I’ve been taking these weight classes two to three times a week as well as adding a third yoga class.  I went on vacation two weeks ago and have been enjoying summer vacation with my son.  Our wedding anniversary was last week.  Although my husband said I could attend running club, I would never dream of doing such a thing.  In the past two weeks, I have only run twice.  One was a three-mile run while on vacation.  The other was just under two miles in excessive heat.  I could not get myself going until noon.  I paid for that.  I am going to a resilience class this afternoon and heading to running club from there.   It is currently 90 degrees with a heat index making it feel like 99.  I haven’t faced the giant hills of the running club path in three weeks.  Today will not be good.  But I can going to do it, even if I am slower than I was the last time around.  A setback and slip doesn’t meet that you’re done.

Why Am I Here?

For most of my adult life, I have been fascinated with the idea of running.  People make it look so easy and enjoyable.  You can do it anywhere.  It’s supposed to help clear your mind and become more focused.  Before my wedding, I began running on a treadmill at the gym.  I got to a point in which I could run at a slow pace for a few minutes.  I signed up for a 5K and completed with at an okay time.

First 5K (April 2008)
Running outside was an entirely different story.  A friend of mine asked me to go for a run at the local city park.  I was able to jog three miles on the treadmill; running in the park should be easy.  Holy cow!  I was wrong!  Running outside was terrible!  I could not do it!  Worst of all, I hated it.  After three meetups, I stopped attempting to run outside.

My goal was to run a ten-minute mile, the same time I was required a achieve in the dreaded physical fitness tests at school.  I ran a ten-minute mile once.  After that, I stopped running.  My wedding dress fit.  I had reached my goal.  What more was there for me to do?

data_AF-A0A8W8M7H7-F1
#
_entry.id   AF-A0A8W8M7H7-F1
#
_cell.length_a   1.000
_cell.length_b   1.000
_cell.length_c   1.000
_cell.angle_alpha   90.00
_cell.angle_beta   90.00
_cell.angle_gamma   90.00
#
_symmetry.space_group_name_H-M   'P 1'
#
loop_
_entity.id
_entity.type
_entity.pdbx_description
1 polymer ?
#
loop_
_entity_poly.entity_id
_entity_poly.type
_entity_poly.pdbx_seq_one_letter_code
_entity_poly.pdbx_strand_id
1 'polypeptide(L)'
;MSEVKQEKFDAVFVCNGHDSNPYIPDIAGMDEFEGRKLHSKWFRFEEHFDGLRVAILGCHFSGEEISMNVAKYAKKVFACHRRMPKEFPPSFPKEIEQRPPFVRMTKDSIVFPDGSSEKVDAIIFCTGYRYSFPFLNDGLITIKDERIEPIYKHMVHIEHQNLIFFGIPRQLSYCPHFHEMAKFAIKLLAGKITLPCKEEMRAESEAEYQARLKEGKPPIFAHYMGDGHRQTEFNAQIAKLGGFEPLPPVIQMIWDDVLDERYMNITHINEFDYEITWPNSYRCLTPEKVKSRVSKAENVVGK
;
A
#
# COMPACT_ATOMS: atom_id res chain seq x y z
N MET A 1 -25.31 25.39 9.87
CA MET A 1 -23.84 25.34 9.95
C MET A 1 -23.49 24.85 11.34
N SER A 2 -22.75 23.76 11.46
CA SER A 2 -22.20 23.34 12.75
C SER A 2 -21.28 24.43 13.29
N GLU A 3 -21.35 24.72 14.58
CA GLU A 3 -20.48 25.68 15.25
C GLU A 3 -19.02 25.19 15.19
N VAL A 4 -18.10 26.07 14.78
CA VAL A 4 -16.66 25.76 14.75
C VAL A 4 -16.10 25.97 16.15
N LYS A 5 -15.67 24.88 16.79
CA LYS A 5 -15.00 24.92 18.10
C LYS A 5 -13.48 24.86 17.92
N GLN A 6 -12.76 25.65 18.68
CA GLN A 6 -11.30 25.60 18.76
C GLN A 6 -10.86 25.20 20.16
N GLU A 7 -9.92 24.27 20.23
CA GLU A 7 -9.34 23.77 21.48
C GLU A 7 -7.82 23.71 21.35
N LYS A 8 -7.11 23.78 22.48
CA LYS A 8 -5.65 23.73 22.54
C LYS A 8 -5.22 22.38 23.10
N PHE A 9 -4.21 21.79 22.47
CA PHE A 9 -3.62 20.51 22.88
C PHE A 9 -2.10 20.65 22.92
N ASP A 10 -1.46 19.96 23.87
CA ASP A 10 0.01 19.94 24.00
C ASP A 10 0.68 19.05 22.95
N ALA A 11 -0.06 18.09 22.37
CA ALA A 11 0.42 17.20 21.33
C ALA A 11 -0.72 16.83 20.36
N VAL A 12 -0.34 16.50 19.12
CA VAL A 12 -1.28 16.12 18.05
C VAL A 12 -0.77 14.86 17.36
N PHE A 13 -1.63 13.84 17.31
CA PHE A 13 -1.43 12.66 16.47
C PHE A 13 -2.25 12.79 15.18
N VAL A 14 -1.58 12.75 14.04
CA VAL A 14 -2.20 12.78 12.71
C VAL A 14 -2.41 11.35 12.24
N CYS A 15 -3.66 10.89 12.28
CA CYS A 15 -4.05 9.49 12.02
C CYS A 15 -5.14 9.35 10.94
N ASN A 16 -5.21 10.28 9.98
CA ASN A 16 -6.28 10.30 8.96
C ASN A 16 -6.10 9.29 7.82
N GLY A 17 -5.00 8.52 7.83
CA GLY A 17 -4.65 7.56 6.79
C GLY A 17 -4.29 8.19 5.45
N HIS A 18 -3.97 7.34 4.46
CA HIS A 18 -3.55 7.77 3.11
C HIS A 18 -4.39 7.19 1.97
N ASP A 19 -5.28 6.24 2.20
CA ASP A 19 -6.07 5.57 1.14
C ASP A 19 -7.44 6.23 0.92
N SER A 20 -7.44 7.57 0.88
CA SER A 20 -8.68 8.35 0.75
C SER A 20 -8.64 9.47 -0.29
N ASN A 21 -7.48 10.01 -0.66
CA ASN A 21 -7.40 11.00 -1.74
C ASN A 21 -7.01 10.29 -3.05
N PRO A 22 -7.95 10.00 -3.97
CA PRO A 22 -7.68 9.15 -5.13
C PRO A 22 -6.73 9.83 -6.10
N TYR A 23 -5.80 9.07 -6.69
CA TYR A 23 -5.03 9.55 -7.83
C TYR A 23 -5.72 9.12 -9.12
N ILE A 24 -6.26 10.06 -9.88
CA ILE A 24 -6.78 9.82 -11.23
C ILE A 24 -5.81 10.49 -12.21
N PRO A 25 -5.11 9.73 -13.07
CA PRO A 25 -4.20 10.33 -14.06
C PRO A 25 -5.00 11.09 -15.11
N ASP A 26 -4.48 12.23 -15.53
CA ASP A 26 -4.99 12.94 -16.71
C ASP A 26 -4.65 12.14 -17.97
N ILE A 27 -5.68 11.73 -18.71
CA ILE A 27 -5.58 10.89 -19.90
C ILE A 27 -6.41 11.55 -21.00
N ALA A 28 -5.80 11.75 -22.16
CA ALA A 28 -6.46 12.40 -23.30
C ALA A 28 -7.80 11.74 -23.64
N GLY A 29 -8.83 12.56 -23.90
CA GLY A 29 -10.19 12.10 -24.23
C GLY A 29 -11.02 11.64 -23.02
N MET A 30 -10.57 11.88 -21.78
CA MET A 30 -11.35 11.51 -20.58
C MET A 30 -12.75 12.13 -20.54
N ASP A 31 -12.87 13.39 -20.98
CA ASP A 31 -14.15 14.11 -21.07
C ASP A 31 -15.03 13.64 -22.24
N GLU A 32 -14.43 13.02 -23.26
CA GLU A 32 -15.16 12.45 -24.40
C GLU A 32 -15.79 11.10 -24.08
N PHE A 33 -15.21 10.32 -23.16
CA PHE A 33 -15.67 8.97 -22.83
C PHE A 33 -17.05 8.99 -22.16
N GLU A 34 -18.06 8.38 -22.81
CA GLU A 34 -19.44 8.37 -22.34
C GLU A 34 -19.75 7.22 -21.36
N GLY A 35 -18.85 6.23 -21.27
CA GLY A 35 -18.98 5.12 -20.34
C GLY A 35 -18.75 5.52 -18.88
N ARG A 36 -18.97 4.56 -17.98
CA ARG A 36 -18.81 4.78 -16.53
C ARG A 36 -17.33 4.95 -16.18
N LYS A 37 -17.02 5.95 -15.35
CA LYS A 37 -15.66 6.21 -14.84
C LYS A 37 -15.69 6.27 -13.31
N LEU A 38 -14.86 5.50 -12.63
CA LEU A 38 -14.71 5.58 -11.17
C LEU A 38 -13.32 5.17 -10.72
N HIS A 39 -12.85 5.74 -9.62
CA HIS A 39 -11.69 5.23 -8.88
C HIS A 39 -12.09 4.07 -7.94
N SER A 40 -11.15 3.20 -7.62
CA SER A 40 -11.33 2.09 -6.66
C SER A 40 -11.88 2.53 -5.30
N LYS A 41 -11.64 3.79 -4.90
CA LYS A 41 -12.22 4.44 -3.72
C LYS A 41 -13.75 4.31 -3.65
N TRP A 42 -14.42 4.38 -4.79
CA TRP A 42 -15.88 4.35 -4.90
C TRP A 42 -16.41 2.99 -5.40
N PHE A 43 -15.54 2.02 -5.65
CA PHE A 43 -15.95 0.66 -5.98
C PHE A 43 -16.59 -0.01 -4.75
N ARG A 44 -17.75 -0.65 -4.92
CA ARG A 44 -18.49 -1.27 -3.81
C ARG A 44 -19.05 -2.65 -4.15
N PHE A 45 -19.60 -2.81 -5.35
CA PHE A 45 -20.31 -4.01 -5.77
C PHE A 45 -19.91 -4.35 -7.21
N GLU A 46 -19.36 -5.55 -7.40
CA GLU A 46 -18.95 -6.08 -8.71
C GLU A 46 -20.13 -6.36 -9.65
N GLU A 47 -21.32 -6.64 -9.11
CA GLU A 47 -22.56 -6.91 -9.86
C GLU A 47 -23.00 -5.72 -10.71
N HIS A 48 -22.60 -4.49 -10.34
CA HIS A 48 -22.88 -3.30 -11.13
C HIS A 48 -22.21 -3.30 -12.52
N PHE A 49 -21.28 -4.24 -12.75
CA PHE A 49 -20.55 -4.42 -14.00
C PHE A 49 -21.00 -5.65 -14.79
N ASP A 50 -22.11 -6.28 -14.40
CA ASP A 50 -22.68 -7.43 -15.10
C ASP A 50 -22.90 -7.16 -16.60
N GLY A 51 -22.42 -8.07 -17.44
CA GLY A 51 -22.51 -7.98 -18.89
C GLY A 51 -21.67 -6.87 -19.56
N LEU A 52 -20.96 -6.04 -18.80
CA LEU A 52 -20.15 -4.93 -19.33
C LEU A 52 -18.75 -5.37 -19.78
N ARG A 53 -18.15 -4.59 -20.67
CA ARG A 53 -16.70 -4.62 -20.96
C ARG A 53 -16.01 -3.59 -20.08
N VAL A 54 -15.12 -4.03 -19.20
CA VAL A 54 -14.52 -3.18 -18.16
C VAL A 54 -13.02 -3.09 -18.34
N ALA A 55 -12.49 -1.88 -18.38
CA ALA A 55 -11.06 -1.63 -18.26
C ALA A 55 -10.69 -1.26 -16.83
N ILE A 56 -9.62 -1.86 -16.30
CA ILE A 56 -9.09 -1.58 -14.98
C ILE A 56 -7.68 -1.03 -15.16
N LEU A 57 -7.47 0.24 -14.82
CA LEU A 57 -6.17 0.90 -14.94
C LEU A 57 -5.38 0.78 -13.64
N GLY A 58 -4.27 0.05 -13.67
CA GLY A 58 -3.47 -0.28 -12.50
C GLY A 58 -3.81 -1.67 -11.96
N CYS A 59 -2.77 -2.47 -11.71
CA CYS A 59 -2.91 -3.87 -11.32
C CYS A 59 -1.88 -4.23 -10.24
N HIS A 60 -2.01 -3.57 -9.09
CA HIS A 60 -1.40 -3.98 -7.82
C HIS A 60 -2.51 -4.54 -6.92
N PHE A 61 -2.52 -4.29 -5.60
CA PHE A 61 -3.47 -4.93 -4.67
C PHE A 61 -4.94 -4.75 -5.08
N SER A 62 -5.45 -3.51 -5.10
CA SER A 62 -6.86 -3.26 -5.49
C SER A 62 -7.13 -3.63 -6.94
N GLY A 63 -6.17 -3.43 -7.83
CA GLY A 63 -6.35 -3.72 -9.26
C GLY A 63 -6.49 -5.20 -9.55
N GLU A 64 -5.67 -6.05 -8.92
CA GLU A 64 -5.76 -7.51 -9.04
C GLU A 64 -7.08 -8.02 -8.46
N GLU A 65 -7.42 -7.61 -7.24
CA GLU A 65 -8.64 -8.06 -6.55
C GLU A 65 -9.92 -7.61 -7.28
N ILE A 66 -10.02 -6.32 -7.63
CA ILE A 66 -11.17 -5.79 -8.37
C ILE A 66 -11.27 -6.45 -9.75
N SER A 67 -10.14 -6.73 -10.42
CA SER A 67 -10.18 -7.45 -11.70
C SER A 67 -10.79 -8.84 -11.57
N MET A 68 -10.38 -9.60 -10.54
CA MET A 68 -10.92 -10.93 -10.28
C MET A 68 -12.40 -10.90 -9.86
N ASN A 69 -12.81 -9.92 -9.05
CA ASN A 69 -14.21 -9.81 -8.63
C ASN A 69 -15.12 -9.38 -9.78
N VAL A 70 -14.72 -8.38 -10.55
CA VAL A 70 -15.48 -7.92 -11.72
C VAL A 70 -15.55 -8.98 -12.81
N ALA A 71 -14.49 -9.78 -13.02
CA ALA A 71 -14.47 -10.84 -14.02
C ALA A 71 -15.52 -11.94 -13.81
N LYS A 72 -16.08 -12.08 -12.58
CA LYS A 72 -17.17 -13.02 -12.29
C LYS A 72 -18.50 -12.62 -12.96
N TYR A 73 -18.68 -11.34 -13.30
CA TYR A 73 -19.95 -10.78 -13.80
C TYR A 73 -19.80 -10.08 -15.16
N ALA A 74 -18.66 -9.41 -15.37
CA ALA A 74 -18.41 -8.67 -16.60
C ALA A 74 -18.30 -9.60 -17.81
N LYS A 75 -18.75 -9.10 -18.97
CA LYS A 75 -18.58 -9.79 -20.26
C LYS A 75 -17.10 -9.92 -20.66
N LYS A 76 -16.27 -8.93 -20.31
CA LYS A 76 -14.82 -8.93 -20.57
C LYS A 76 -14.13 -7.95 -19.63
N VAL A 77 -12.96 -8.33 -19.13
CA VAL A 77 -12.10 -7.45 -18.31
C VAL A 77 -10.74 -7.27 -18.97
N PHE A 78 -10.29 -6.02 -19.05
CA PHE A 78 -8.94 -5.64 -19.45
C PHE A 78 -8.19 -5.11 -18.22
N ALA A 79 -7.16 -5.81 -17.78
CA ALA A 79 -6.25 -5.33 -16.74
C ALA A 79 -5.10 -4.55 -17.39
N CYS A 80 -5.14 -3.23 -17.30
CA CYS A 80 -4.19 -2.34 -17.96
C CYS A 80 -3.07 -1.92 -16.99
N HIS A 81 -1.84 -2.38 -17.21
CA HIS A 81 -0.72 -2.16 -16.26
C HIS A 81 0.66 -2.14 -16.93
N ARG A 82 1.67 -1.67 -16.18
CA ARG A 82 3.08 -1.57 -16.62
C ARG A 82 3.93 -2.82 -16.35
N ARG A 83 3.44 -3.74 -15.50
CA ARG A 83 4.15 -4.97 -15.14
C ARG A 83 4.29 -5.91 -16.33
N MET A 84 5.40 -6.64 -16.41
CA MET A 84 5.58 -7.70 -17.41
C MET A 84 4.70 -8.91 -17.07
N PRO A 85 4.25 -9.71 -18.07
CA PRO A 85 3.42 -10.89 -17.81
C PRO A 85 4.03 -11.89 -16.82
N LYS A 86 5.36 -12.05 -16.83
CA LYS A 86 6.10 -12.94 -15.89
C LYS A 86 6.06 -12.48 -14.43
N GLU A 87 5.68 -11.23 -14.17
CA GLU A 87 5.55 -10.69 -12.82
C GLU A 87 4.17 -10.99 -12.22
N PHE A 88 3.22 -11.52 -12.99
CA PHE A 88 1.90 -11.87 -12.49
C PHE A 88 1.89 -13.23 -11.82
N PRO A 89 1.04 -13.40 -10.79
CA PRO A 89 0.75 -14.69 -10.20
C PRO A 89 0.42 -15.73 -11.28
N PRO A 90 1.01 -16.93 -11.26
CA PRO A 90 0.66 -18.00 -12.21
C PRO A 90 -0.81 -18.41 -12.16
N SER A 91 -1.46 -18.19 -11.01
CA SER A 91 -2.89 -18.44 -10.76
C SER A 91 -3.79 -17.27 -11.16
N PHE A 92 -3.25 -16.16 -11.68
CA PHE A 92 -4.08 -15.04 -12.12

Fast forward a few years.  I gave birth to a son and became focused on the new part of my life.  When he turned three, I was still fifteen pounds heavier than I was before I got pregnant.  I decided to lose the baby weight.  Because of daycare, going to the gym was out.  I work full time and didn’t want to spend my evenings at the gym while my husband watched our son.  I joined SparkPeople and convinced my husband to buy a treadmill for the basement.  I watched everything I ate, keeping my caloric intake to about 1200 calories a day.  I jogged on the treadmill 3-4 times a week.  I lost the weight, even getting a few pounds below my pre-pregnancy weight.  However, it just wasn’t sustainable.  My thyroid went out of whack again.  This juxtaposed with the impossibility of counting snacks of goldfish crackers caused the weight to creep back up.  I was mortified.  I worked so hard to lose it and had a closet full of smaller sized clothes to show for it.  Now, I was back where I started.

Three years later, I decided to try it again.  I bought a Group for yoga classes at a local studio.  There, I found my crew.  We laughed and pushed each other.  We celebrated successes, understood each other’s weaknesses, and pushed each other to become better versions of ourselves.  I still fluctuated.  I still struggle to balance between trying all the gourmet donuts and pretending to enjoy greens mixed into smoothies.  My friends have taught me that it is okay to walk that line.

It has been a journey filled with ups and downs.  But it is my journey.  Would I do things differently? Absolutely.  Am I glad to have the struggles to appreciate where I am?  Even more so.

So why am I here?  I have been itching to write for awhile.  I’d like to document my journey into running and getting stronger.  I’d like to remind myself to step out of my comfort zones.  I’d like to be a role model to my son, who is taking ninja skills classes, becoming stronger and learning to fine art of struggle and perseverance.